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Machinists and Machining and Tooling Inspectors

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NOC:7231
Occupation:Machinists and Machining and Tooling Inspectors
Category:Trades and Transportation

About the job

Nature of work:

Machinists set up and operate a variety of machine tools to cut or grind metal, plastic or other materials to make or modify parts or products with precise dimensions. Machining and tooling inspectors inspect machined parts and tooling in order to maintain quality control standards. They are employed by machinery, equipment, motor vehicle, automotive parts, aircraft and other metal products manufacturing companies and by machine shops.

Job duties:
Machinists perform some or all of the following duties:
  • Read and interpret engineering drawings, blueprints, charts and tables or study sample parts to determine machining operation to be performed, and plan best sequence of operations.
  • Compute dimensions and tolerances and measure and lay out work pieces.
  • Set up, operate and maintain a variety of machine tools including computer numerically controlled (CNC) tools to perform precision, non-repetitive machining operations such as sawing, turning, milling, boring, planing, drilling, precision grinding and other operations.
  • Fit and assemble machined metal parts and subassemblies using hand and power tools.
  • Verify dimensions of products for accuracy and conformance to specifications using precision measuring instruments.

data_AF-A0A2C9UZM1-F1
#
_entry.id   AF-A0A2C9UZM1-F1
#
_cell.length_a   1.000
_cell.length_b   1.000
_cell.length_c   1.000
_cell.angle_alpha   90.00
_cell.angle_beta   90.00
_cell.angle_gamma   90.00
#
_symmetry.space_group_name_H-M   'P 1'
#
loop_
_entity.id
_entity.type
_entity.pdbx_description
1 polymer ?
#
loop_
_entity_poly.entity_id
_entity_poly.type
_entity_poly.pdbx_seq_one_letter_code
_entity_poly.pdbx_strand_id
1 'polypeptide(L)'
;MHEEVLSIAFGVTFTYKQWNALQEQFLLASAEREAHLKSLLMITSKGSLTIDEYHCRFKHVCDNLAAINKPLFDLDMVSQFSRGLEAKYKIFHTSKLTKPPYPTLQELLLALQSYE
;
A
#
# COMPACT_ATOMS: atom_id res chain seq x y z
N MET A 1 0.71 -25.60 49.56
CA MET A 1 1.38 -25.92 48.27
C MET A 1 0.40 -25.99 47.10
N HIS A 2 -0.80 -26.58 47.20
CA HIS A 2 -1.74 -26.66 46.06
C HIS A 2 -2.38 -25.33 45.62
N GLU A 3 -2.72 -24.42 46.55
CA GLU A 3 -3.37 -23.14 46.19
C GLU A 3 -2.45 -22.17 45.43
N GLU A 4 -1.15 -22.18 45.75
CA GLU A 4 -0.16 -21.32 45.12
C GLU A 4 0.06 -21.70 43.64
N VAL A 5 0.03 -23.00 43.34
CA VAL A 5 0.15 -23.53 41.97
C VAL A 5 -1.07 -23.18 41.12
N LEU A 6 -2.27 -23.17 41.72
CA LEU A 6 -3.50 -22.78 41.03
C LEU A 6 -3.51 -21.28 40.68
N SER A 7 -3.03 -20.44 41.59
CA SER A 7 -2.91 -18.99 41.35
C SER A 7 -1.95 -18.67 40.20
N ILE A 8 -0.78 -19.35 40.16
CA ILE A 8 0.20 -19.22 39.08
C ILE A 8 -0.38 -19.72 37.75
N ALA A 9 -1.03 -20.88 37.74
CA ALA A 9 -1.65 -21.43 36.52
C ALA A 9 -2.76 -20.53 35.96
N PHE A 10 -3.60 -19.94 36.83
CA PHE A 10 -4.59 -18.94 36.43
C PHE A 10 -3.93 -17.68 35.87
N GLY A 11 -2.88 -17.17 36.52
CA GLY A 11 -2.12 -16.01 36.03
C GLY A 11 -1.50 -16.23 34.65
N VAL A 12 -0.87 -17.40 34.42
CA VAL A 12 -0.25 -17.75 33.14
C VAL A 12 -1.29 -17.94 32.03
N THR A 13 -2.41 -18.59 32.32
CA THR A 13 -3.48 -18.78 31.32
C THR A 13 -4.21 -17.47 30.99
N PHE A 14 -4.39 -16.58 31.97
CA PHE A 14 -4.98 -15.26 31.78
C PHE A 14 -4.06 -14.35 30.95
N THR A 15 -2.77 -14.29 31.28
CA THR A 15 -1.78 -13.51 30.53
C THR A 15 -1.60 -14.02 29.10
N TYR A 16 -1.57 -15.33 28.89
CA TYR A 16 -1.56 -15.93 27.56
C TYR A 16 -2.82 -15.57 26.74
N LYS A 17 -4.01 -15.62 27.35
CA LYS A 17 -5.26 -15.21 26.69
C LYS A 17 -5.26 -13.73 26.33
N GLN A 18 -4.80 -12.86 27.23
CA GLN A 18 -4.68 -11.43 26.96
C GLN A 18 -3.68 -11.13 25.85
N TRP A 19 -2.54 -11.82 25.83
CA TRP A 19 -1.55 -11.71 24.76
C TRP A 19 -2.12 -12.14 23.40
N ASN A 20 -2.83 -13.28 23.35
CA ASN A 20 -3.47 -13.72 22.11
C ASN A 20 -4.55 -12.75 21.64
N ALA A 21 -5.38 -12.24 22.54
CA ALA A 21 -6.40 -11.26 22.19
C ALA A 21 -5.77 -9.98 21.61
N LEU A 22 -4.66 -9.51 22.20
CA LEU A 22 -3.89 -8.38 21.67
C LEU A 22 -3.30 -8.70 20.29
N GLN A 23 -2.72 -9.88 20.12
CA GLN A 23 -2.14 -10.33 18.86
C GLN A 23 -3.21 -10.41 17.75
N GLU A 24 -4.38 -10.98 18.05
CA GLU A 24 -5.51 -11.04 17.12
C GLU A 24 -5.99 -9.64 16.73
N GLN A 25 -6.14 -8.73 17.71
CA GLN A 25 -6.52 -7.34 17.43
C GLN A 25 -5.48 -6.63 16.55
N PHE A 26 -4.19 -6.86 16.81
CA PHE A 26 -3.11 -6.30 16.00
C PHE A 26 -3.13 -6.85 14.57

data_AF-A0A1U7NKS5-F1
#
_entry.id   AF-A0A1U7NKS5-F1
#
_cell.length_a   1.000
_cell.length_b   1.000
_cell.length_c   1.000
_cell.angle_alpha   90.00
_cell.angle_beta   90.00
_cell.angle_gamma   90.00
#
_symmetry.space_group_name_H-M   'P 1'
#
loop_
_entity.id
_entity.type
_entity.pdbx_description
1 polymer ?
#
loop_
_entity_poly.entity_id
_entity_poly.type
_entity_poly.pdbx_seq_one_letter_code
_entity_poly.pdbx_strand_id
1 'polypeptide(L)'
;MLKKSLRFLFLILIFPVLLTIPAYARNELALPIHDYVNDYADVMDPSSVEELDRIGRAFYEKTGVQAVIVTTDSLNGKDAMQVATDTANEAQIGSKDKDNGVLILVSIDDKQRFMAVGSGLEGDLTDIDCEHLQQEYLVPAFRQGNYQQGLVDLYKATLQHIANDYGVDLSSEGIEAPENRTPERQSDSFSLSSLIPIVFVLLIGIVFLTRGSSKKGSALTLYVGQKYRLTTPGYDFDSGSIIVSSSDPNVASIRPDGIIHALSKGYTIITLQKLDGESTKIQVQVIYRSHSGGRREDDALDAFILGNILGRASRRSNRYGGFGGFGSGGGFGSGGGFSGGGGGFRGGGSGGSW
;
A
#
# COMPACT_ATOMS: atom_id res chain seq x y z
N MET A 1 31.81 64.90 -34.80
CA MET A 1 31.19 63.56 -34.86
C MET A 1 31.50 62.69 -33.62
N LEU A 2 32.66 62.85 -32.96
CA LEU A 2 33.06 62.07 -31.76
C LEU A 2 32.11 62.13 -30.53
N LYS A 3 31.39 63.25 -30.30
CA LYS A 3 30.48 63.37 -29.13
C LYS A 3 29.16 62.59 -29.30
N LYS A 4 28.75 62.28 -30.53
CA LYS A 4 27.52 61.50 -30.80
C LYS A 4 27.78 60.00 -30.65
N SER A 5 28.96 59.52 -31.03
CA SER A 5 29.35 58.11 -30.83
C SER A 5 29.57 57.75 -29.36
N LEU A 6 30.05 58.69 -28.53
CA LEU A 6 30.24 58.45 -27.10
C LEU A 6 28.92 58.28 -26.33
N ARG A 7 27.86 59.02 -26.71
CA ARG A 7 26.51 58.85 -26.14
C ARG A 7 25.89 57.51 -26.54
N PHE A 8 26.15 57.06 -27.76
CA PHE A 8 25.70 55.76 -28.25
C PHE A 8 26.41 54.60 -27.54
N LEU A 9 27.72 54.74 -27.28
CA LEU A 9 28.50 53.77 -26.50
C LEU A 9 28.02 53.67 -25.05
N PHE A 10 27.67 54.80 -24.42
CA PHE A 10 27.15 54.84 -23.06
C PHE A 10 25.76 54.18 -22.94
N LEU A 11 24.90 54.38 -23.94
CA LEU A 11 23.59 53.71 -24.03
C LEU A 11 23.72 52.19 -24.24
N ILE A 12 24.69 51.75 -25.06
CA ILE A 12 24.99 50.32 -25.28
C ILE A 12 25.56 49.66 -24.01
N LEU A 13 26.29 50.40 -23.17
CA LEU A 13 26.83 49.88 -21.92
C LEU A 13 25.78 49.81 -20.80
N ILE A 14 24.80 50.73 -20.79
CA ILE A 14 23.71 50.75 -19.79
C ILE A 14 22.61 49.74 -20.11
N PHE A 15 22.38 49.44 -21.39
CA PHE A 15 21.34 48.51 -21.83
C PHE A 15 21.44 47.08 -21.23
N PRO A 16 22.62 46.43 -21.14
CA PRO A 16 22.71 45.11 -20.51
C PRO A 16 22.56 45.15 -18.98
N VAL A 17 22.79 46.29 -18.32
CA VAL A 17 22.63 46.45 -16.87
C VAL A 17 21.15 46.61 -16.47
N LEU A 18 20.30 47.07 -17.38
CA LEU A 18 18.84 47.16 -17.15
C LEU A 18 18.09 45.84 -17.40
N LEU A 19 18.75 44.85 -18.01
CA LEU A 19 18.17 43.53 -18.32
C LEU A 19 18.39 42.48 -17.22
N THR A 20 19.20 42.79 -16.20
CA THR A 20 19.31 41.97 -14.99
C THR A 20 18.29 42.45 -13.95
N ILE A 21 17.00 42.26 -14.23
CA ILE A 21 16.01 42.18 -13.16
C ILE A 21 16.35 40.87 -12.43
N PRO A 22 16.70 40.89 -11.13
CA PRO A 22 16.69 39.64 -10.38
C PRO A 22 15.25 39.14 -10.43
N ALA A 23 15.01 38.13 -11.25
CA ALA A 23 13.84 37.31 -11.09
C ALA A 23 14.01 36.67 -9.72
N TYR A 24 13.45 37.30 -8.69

• May set up and program machine tools for use by machining tool operators.
Machining and tooling inspectors perform some or all of the following duties:
  • Verify dimensions of machined parts or tooling using micrometers, verniers, calipers, height gauges, optical comparators, coordinate measuring machines (CMM) or other specialized measuring instruments.
  • Maintain, repair and calibrate precision measuring instruments such as dial indicators, fixed gauges, height gauges and other measuring devices.
  • Report deviations from specifications and tolerances to supervisor.
  • Complete and maintain inspection reports.
Sample job titles:
  • computer numerical control (CNC) machinist
  • machine shop inspector
  • machining and tooling inspector
  • machinist
  • machinist apprentice
  • maintenance machinist
  • tool and die inspector
  • tooling inspector
Skills:

For these jobs, you should have an interest in machines, precision techniques, and processes. Good hand-eye coordination and agility are needed. You should be comfortable working with tools and able to read mechanical drawings. You must have the ability to work systematically, think analytically, and perform basic mathematical calculations. Employees in automated shops must be comfortable using computer equipment.

Job requirements:
  • Completion of secondary school is usually required.
  • Completion of a four-year apprenticeship program or a combination of over four years of work experience in the trade and some college or industry courses in machining is usually required to be eligible for trade certification.